HBO Sports has another winner in its latest nostalgic documentary, "Brooklyn Dodgers: The Ghosts of Flatbush." The two-hour film, which premieres on the pay-cable channel at 8 tonight, is produced in association with major league baseball.
I was predisposed to love it since the "Bums" -- as the Dodgers were called -- were my favorite team in my very early childhood years back on Long Island.
Those were the days before free agency, million-dollar salaries and evening World Series games, when the players seemed more like their fans and stayed with the same team for years.
Former Dodger greats Duke Snider and Carl Erskine, Fox Sports president Ed Goren, sportscaster Charley Steiner, actor Louis Gossett Jr., comedian Pat Cooper, Jackie Robinson's widow, Rachel, talk host Larry King, journalist Thomas Oliphant and former Dodger executives are among those taking a nostalgic trip back to the days the Dodgers dominated the National League in a film narrated by Liev Schreiber.
Dealing with the decade from 1947 to 1957 -- when the Dodgers were making history by signing the first African-American player, Jackie Robinson, and struggling to beat the damn, glamorous Yankees from Manhattan to capture just one World Series -- "Ghosts" works as a sports highlight film, a look at American culture, politics and racial relations. The music is pretty good, too, thanks to some mournful tunes sung by Frank Sinatra.
As an old Dodgers fan, I knew many of the best stories in the series about the heartbreak and pride of Dodger fans: Branch Rickey's decision to integrate baseball with Robinson; the verbal abuse that Robinson took from bigots; Southern teammate Pee Wee Reese's symbolic hug of his black teammate, even if the timing of it was unclear; Sandy Amoros' amazing catch in left field to save the 1955 World Series in a game seven win -- pitched by Johnny Podres -- over the Yankees.
Of course, Bobby Thomson's heartbreaking, ninth-inning playoff home run for the New York Giants off the Dodgers' Ralph Branca -- commonly referred as "the shot heard 'round the world" -- is repeated several times.
Now that I've been a long-time Western New Yorker, I was struck by how much in common long-suffering Dodger fans had with Buffalo sports fans.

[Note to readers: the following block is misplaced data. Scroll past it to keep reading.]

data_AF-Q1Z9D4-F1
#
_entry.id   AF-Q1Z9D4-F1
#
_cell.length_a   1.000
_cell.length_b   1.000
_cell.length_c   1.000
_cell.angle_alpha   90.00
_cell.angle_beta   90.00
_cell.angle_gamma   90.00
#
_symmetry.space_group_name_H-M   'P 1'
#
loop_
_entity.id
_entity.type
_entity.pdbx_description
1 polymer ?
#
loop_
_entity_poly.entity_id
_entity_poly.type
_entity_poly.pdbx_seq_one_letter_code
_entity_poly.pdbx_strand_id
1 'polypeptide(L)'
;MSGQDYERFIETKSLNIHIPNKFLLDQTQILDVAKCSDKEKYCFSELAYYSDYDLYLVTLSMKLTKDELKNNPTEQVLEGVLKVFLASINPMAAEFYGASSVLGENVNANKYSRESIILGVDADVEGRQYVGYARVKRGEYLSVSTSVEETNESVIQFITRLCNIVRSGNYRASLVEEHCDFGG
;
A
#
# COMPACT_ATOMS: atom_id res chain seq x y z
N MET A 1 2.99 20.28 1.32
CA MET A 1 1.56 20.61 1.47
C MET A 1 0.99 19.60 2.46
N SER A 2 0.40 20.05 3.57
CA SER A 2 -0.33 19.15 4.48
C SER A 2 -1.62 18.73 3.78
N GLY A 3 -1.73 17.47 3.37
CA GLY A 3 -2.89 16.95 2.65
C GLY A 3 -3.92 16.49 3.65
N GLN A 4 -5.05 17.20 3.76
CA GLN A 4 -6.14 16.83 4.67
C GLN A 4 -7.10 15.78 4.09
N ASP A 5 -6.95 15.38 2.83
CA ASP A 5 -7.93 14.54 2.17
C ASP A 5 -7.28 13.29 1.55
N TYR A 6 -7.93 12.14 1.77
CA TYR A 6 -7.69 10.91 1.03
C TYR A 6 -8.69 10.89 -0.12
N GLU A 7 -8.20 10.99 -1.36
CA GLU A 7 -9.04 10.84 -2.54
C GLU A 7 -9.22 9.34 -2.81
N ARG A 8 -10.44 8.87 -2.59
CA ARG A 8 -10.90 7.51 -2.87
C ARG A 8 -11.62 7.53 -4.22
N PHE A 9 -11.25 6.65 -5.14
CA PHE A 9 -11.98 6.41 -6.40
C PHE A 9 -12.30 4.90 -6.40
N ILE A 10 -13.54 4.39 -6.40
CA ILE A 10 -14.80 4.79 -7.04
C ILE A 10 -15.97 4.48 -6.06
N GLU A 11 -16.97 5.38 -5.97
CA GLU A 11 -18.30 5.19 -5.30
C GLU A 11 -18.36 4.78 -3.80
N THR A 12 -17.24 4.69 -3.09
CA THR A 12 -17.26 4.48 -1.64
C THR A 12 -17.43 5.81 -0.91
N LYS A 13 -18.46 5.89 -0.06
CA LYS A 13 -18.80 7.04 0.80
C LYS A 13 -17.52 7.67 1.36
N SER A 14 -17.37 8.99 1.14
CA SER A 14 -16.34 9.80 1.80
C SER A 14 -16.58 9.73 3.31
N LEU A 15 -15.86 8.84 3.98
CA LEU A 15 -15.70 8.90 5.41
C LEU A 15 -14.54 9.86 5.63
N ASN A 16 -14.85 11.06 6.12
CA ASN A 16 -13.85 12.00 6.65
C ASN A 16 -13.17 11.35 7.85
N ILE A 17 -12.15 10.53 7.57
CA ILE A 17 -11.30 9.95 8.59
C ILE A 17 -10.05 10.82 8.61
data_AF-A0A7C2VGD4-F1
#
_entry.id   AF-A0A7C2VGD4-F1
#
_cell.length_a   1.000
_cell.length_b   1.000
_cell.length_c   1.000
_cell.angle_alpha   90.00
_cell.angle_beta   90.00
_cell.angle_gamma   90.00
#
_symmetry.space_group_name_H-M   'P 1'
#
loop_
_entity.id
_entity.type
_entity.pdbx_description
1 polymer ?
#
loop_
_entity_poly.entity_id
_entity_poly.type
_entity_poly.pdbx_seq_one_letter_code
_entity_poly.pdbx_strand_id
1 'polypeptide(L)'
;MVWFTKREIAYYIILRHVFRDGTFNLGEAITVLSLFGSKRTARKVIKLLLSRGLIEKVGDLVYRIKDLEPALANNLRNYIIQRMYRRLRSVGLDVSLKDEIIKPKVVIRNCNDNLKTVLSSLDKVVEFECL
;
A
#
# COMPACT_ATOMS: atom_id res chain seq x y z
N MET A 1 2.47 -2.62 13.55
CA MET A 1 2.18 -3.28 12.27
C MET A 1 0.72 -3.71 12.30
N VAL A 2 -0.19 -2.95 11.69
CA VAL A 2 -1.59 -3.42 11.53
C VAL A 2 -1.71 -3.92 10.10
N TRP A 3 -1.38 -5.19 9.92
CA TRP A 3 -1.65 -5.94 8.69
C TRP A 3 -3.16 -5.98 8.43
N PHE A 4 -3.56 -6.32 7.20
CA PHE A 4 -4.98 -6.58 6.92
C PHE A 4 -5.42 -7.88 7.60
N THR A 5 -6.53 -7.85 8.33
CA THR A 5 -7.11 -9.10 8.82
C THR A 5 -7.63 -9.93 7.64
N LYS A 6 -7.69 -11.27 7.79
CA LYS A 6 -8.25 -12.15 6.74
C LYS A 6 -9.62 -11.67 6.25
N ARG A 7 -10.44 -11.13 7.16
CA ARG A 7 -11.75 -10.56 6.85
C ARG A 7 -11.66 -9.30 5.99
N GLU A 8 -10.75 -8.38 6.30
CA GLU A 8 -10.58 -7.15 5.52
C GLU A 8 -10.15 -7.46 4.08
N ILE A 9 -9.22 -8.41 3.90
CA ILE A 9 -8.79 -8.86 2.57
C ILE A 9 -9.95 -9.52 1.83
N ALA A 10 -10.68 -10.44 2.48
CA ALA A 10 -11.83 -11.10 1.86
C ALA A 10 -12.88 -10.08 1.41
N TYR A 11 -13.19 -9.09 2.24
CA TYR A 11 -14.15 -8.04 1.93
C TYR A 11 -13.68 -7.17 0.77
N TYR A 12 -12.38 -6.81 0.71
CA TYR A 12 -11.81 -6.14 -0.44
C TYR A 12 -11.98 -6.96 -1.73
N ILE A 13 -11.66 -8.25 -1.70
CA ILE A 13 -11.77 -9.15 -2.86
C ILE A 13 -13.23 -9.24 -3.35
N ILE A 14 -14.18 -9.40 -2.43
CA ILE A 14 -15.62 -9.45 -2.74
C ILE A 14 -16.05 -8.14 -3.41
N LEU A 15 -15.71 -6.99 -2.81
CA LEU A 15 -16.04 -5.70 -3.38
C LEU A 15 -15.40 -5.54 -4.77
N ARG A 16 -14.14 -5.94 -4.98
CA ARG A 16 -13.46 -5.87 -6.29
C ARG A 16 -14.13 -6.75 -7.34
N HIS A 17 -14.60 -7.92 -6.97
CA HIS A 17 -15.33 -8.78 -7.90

Even an old Dodgers fan like me, who still can imitate the swing of the Duke (Snider) and Junior Gilliam in his sleep, learned a few things. I never knew -- or forgot -- that the team was nicknamed after the so-called Trolley dodgers who tried to avoid on-coming street vehicles.
And I may have blamed one of the early heartbreaks of my life -- the Dodgers move from Brooklyn in 1957 to Los Angeles -- on the wrong guy. I've always accepted the commonly held belief that Dodger Owner Walter O'Malley was the only villain. But the film makes it clear that the most powerful man in New York, stubborn highway king Robert Moses, practically drove O'Malley and the Dodgers to Los Angeles by refusing to allow the Dodger owner to get the land in Brooklyn he wanted to build a domed stadium. Instead, Moses wanted O'Malley to move the team to the Queens site where the expansion New York Mets eventually played.
Of course, it was still O'Malley's decision to leave Brooklyn for a fortune out West, and he remains a villain in my eyes. But as a member of one of the families who fled New York City for home ownership in suburban Long Island, it is easier to understand why O'Malley fought so hard to build a stadium in Brooklyn that would have been easily accessible to suburban train passengers who were Dodger fans.
It was just so much easier to blame O'Malley back when I was a naive 9 years old and didn't realize how much politics, power and demographics influenced everything.
Steiner pretty much summarized my feelings late in the film about what appeared to be essentially a reluctant business decision by O'Malley back in 1957.
"You are 8 years old," said Steiner. "You don't give a damn about business. You give a damn about Duke Snider, Carl Erskine, Carl Furillo, Clem Labine. Where's Gil Hodges? Los Angeles might have been Saturn, it was so far away."
Sadly, I'm not sure if many 9-years-olds of today care more about Saturn than baseball and its history. But I suspect many older baseball fans will cheer this documentary loudly.
After tonight, it repeats several times this month and will be available On HBO Demand through Aug. 12. "Rescue Me" returns... A week after the shocking suicide of chief Jerry Reilly (Jack McGee), "Rescue Me" returns to FX at 10 tonight with a routine episode that is memorable for one reason -- the reaction of a couples counselor to the summary supplied by Tommy Gavin (Denis Leary) and his wife Janet (Andrea Roth) of their extremely complicated relationship over four seasons. The reaction is hysterical and perfectly understandable.
"Brooklyn Dodgers: The Ghosts of Flatbush."
Review: 3 1/2 stars (out of four)
8 tonight on HBO Sports